A and A's Movie A Day

Watching movies until we run out.

Tangled (2010)

April 16, 2011


I’m not sure why we bought this. I suppose movie buying is just a compulsion, and it feels odd that I haven’t been buying my usual three or four movies a week since my time at Blockbuster ended. So once in a while I just have the need to pick up a movie. Last week on payday Amanda and I were in the supermarket and the movie section called out to us – there wasn’t really anything there that appealed to us, but she had heard that maybe this movie wasn’t so bad, for a Disney princess movie, so we bought it.

We don’t own a lot of Disney animated movies. I have enjoyed some of them, but there’s a certain saccharine quality to them that makes them difficult to swallow. It’s the singing. I like Alan Menken just fine and I’ve always been able to enjoy a good musical, but there’s only so much a guy can take. I’m a sucker for an animated movie though, and for the longest time Disney was the dominant player in the animated film department. As a child of course I loved Disney movies. I had record albums with soundtracks to The Adventures of Winnie the Pooh, The Jungle Book, even the Aristocats. (In the days before VHS… yes I’m dating myself.) When the new era of Disney animation started I was surprised to find that I actually quite liked some of the movies that were part of it. I found The Little Mermaid enchanting (see my review of it) enjoyed Aladdin and even was able to appreciate parts of Beauty and the Beast… but that was about the limit of my Disney tolerance. Lion King still grates on me to this very day and I completely skipped Pocahontas and Mulan.

About all I knew before watching this movie was that it was touted as the first 3-D animated movie from Disney to attempt to capture the look of the hand-drawn films (I guess they’re not counting all the direct-to-video 3-D CGI Micky Mouse movies), and it was a very difficult film for Disney to market because they tried so very hard to market it to boys. (Seriously – the preview we saw in the theater for this featured the male character capering with a horse and only had Rapunzel’s hair in shot near the end. No sign of the princess at all.) Oh, and that it was an adaptation of the tale of Rapunzel.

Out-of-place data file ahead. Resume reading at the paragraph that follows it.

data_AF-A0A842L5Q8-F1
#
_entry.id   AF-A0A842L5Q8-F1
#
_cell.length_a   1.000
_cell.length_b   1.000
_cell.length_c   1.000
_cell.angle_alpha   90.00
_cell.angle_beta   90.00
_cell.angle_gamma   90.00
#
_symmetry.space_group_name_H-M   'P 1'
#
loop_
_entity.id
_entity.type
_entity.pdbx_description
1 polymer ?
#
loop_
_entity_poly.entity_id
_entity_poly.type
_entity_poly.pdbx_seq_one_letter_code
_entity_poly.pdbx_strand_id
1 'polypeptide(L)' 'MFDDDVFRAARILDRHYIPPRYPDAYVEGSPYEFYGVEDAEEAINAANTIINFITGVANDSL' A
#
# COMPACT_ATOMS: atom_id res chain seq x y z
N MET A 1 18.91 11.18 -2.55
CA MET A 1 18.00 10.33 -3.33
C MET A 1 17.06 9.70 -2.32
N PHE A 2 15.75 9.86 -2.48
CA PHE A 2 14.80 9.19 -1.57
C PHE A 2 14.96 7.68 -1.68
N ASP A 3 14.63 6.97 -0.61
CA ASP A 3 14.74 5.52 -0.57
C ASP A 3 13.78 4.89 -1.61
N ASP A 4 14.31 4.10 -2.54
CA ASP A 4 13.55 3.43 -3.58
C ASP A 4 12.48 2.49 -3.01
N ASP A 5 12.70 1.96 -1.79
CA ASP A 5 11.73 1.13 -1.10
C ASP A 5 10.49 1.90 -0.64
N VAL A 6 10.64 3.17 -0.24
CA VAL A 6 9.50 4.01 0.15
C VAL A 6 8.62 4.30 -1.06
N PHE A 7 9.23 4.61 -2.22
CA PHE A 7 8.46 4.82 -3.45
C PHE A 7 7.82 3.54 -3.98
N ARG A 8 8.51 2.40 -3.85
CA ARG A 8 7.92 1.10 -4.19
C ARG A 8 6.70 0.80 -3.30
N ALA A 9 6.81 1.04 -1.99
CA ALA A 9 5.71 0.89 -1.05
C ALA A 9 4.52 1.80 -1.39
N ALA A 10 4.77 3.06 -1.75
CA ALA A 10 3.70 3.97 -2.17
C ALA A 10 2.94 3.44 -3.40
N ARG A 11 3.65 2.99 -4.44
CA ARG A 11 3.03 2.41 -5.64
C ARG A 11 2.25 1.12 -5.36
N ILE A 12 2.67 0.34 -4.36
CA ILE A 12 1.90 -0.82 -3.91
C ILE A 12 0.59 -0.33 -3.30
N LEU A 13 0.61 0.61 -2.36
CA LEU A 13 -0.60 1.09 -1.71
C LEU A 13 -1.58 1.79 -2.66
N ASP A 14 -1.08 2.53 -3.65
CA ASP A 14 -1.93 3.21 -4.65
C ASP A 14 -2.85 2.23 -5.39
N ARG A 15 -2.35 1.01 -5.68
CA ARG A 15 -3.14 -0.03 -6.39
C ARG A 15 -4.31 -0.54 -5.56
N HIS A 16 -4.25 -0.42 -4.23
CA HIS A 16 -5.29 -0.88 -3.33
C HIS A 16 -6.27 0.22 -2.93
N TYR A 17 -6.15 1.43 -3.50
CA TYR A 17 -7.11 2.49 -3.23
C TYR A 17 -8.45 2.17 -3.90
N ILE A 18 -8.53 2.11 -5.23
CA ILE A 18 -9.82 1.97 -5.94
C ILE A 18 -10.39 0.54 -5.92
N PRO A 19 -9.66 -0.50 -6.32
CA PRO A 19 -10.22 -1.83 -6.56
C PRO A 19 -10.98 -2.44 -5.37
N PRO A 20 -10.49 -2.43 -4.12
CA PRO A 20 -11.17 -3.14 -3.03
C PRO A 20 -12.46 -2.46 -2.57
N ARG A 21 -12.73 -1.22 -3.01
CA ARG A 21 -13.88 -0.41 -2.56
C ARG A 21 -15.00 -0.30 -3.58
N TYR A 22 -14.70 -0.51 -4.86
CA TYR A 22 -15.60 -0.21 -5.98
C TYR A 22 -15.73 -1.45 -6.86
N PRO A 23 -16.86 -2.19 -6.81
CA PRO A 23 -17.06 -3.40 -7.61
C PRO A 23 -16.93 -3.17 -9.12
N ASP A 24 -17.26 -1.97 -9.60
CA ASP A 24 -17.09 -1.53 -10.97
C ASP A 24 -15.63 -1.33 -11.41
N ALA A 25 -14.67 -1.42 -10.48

In this particular spin on the Rapunzel story the reason the evil witch has her trapped in a tower is that she has magical hair that can keep the witch young. The handsome prince who finds her in the tower and rescues her is an irascible thief (which instantly gave me flashbacks to yesterday’s movie.) Together the two of them have a whirlwind adventure. That’s pretty much the whole story there, and there aren’t really any big surprises in it.

It’s a very comfortable and familiar feeling movie. I’m pretty sure that’s most of the point of it. It has the sheen of a big budget CGI film from Pixar or Dreamworks Animation, but it has the character design, animation style, songs and mood of a Disney film from the early nineties. It isn’t out to break any moulds or do anything revolutionary (although the technology behind the look of the film is impressive.) Instead it is meant to be the comfort food of animated films – a Disney film like those good old ones they made twenty years ago.

For me, at least, it worked. There’s fun humor, lots of really pretty animation, and a simple plot about a girl wanting to go out on her own after years of being told how awful the outside world can be. The “hero” Flynn is a bit of a cad, and I felt myself tuning out during a couple of the songs, but Rapunzel herself it a pretty cool heroine.

I was very uncomfortable during her first song though when she described her life and it consisted mostly of traditional feminine chores such as cleaning, cooking, knitting ans sewing. I’m still not sure if it was showing these as activities she enjoys doing to pass the time in her tower or if they’re meant to be part of the prison she’s trying to escape from. There could be an argument for either one I suppose – on the one hand this is a “Disney Princess” movie and little girls are meant to want to be princesses who sew and cook, right? On the other hand she really does seem pretty trapped in this life and doesn’t seem to really start enjoying herself when she starts defending herself with a frying pan.

I think my favorite parts of the movie are the thugs in the Snuggly Duckling tavern, and the horse. The thugs are voiced by some fun and familiar actors such as Ron Pearlman (playing one of the main bad guys) and Brad Garrett and Jeffrey Tambor. The horse Maximus, of course, is just great physical comedy and in spite of having no lines is one of the best things in the movie. On the other hand:

Every time I saw this face on the screen:

This is what came instantly to mind:

That made me laugh. Except that, yes sir, I did actually like it. I liked it just fine.

April 16, 2011 - Posted by | daily reviews | , , , , ,

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